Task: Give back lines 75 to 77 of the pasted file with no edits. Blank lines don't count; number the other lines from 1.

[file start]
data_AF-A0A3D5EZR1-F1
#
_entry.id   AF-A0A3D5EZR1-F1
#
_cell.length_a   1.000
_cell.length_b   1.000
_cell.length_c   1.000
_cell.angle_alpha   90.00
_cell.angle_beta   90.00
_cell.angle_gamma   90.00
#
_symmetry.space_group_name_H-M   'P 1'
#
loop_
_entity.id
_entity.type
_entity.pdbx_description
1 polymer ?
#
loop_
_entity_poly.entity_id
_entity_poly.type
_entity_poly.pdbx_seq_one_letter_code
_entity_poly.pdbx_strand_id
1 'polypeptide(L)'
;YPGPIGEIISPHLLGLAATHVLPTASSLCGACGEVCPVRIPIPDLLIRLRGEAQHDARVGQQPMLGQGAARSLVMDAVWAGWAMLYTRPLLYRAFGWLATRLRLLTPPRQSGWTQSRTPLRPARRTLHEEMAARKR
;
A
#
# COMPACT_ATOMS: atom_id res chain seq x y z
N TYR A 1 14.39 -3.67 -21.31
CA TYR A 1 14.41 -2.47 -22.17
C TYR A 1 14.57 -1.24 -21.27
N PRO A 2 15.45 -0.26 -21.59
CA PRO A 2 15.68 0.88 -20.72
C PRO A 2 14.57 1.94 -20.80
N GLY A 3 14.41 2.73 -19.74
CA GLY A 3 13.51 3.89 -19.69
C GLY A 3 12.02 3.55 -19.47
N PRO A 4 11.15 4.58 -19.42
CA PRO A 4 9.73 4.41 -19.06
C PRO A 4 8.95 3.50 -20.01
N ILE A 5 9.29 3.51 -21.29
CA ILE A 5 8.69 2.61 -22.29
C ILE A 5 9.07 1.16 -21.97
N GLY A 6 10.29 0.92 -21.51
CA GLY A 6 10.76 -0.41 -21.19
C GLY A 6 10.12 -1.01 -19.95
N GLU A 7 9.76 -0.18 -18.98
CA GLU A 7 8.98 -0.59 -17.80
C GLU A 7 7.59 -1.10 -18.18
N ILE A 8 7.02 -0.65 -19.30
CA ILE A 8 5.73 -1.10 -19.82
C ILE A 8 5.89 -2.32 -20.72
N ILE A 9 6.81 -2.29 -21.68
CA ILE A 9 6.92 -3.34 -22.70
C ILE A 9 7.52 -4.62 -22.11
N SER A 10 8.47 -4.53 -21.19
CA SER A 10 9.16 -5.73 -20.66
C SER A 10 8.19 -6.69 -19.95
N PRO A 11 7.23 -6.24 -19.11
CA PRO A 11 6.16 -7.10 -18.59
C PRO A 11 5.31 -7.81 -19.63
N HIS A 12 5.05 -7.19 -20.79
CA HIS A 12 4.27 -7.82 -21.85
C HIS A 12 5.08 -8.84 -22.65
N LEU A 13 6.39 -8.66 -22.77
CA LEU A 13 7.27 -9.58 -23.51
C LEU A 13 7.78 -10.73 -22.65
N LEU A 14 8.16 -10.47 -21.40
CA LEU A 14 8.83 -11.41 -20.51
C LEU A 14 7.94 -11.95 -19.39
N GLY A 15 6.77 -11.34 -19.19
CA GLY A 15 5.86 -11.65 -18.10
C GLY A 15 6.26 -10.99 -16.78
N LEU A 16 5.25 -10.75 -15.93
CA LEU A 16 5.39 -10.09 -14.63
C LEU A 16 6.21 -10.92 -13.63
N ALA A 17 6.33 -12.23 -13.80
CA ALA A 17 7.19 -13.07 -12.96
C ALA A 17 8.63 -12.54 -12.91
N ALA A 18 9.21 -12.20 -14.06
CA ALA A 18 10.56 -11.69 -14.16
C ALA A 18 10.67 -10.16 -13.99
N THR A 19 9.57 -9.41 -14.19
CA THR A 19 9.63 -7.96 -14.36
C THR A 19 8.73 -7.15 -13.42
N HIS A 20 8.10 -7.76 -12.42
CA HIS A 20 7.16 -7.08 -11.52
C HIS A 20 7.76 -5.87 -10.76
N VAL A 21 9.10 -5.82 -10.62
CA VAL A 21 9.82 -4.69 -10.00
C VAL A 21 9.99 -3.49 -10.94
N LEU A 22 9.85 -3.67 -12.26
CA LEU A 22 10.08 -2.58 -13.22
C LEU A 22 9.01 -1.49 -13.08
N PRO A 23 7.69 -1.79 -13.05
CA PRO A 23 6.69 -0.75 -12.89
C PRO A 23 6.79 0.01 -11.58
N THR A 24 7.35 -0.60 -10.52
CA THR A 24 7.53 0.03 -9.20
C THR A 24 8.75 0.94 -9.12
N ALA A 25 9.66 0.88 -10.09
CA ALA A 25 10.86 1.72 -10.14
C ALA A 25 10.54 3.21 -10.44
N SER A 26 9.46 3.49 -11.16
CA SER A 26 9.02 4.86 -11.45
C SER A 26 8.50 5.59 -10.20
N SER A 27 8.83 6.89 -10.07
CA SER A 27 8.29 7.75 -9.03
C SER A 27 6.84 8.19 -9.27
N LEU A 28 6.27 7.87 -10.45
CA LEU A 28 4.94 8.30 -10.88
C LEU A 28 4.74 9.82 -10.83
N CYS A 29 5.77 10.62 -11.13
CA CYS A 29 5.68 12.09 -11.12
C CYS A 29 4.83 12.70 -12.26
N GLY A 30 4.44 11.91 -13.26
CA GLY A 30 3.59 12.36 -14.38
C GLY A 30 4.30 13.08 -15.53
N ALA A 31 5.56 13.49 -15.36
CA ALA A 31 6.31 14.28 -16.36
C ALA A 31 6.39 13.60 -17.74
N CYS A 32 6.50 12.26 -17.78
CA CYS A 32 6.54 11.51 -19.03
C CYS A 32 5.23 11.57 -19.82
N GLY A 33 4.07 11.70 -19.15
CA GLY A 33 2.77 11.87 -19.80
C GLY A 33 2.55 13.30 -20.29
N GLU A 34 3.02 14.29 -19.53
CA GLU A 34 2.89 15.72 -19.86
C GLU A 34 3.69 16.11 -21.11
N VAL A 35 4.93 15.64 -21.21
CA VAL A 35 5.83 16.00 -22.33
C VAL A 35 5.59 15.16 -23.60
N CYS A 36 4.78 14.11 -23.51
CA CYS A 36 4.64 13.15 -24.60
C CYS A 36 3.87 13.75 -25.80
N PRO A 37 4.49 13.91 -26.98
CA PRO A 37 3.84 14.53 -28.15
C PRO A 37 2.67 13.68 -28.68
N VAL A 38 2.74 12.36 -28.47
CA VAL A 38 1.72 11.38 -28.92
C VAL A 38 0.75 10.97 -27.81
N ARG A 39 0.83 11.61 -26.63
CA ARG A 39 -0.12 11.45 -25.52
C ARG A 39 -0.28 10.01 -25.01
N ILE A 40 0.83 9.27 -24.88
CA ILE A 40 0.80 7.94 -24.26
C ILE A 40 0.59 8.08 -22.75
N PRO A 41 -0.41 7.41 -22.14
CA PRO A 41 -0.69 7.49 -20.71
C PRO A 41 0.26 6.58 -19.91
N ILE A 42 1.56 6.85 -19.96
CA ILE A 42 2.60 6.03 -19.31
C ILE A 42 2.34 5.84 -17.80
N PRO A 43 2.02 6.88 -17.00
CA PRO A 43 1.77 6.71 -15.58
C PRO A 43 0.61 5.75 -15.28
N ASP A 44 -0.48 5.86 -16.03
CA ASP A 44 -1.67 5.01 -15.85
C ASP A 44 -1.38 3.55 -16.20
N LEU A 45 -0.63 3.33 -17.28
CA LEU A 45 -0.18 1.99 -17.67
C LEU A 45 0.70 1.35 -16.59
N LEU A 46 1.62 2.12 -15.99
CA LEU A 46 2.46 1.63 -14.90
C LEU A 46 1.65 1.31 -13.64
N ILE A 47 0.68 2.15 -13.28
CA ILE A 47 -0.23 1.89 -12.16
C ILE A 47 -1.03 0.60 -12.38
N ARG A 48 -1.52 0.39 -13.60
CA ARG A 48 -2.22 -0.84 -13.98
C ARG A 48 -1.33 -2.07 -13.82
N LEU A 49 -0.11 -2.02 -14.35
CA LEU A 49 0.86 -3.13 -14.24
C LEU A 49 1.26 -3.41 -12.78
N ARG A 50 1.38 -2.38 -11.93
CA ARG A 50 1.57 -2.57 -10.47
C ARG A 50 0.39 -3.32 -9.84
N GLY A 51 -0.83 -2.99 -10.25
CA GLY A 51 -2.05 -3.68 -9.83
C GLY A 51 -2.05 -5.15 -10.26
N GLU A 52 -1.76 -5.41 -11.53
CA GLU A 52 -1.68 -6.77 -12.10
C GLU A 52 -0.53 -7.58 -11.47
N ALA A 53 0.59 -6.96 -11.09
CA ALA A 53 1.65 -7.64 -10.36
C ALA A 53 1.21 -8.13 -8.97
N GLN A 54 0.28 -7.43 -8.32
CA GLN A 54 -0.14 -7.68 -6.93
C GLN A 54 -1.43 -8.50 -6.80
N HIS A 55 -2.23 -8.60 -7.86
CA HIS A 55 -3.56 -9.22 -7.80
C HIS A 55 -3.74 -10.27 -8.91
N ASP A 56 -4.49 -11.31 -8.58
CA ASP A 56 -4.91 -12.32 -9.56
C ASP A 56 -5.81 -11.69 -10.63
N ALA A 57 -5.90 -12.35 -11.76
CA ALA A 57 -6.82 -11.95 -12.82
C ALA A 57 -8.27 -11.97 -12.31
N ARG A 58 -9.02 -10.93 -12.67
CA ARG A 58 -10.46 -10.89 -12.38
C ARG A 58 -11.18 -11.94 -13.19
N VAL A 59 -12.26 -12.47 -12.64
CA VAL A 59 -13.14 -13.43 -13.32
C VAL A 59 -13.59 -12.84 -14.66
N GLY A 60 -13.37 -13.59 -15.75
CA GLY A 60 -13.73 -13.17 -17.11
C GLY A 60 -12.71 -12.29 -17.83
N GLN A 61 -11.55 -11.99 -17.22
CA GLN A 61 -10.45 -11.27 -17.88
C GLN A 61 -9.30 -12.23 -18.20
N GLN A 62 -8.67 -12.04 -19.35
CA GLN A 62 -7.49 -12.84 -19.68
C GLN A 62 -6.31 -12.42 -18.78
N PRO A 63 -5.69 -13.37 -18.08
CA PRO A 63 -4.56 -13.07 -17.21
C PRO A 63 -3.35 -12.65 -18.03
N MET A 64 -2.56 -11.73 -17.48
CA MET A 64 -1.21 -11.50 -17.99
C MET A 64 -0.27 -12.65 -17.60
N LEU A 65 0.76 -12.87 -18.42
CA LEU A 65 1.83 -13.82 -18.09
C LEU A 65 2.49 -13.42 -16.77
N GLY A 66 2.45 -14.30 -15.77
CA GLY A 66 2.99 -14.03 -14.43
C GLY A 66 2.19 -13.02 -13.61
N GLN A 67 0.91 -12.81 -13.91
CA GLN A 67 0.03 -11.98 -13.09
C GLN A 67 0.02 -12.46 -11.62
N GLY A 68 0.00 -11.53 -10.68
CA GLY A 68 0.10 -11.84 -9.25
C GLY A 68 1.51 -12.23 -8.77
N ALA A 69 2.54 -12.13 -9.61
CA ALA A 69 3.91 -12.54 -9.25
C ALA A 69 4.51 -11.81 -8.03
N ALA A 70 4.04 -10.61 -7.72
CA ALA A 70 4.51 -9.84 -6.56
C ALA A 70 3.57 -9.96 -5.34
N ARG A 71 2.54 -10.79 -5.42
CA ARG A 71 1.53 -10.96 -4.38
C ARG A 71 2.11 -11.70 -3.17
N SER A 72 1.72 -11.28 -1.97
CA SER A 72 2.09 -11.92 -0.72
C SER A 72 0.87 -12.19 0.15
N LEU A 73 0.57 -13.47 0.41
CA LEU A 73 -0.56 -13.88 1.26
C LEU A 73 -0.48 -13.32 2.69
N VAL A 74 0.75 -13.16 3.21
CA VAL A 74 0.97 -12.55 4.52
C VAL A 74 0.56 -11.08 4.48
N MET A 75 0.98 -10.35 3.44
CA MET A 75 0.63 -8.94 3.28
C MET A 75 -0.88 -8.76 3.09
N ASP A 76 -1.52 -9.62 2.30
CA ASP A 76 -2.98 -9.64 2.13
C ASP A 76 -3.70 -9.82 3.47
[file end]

C GLY A 15 6.26 -10.99 -16.78
N LEU A 16 5.25 -10.75 -15.93
CA LEU A 16 5.39 -10.09 -14.63